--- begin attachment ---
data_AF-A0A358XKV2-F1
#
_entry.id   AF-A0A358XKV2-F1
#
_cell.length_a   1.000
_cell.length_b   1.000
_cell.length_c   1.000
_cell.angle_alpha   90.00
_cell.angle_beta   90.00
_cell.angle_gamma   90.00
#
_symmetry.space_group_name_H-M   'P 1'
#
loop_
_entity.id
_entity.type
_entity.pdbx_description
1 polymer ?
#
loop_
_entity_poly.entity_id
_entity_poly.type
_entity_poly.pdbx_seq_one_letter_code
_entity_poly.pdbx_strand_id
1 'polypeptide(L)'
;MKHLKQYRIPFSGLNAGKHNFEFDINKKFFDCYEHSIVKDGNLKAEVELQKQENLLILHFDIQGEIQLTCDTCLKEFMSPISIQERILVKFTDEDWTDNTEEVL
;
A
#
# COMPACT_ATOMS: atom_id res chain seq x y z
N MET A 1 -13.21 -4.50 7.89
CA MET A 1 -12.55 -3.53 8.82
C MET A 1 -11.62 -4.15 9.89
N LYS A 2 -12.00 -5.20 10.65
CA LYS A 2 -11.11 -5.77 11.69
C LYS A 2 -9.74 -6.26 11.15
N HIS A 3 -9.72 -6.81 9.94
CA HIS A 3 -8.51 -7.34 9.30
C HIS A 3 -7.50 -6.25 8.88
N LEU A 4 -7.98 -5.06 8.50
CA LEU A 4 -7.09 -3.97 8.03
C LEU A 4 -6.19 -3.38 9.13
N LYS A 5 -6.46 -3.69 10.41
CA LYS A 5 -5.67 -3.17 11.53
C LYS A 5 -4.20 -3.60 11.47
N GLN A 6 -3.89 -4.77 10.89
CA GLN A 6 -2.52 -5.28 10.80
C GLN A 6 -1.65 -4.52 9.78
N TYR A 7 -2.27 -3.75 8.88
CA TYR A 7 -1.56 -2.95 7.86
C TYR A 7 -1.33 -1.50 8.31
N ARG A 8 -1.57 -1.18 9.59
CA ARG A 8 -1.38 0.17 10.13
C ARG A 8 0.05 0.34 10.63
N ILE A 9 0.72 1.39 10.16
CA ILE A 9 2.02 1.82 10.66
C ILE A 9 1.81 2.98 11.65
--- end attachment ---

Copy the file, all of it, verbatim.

data_AF-A0A358XKV2-F1
#
_entry.id   AF-A0A358XKV2-F1
#
_cell.length_a   1.000
_cell.length_b   1.000
_cell.length_c   1.000
_cell.angle_alpha   90.00
_cell.angle_beta   90.00
_cell.angle_gamma   90.00
#
_symmetry.space_group_name_H-M   'P 1'
#
loop_
_entity.id
_entity.type
_entity.pdbx_description
1 polymer ?
#
loop_
_entity_poly.entity_id
_entity_poly.type
_entity_poly.pdbx_seq_one_letter_code
_entity_poly.pdbx_strand_id
1 'polypeptide(L)'
;MKHLKQYRIPFSGLNAGKHNFEFDINKKFFDCYEHSIVKDGNLKAEVELQKQENLLILHFDIQGEIQLTCDTCLKEFMSPISIQERILVKFTDEDWTDNTEEVL
;
A
#
# COMPACT_ATOMS: atom_id res chain seq x y z
N MET A 1 -13.21 -4.50 7.89
CA MET A 1 -12.55 -3.53 8.82
C MET A 1 -11.62 -4.15 9.89
N LYS A 2 -12.00 -5.20 10.65
CA LYS A 2 -11.11 -5.77 11.69
C LYS A 2 -9.74 -6.26 11.15
N HIS A 3 -9.72 -6.81 9.94
CA HIS A 3 -8.51 -7.34 9.30
C HIS A 3 -7.50 -6.25 8.88
N LEU A 4 -7.98 -5.06 8.50
CA LEU A 4 -7.09 -3.97 8.03
C LEU A 4 -6.19 -3.38 9.13
N LYS A 5 -6.46 -3.69 10.41
CA LYS A 5 -5.67 -3.17 11.53
C LYS A 5 -4.20 -3.60 11.47
N GLN A 6 -3.89 -4.77 10.89
CA GLN A 6 -2.52 -5.28 10.80
C GLN A 6 -1.65 -4.52 9.78
N TYR A 7 -2.27 -3.75 8.88
CA TYR A 7 -1.56 -2.95 7.86
C TYR A 7 -1.33 -1.50 8.31
N ARG A 8 -1.57 -1.18 9.59
CA ARG A 8 -1.38 0.17 10.13
C ARG A 8 0.05 0.34 10.63
N ILE A 9 0.72 1.39 10.16
CA ILE A 9 2.02 1.82 10.66
C ILE A 9 1.81 2.98 11.65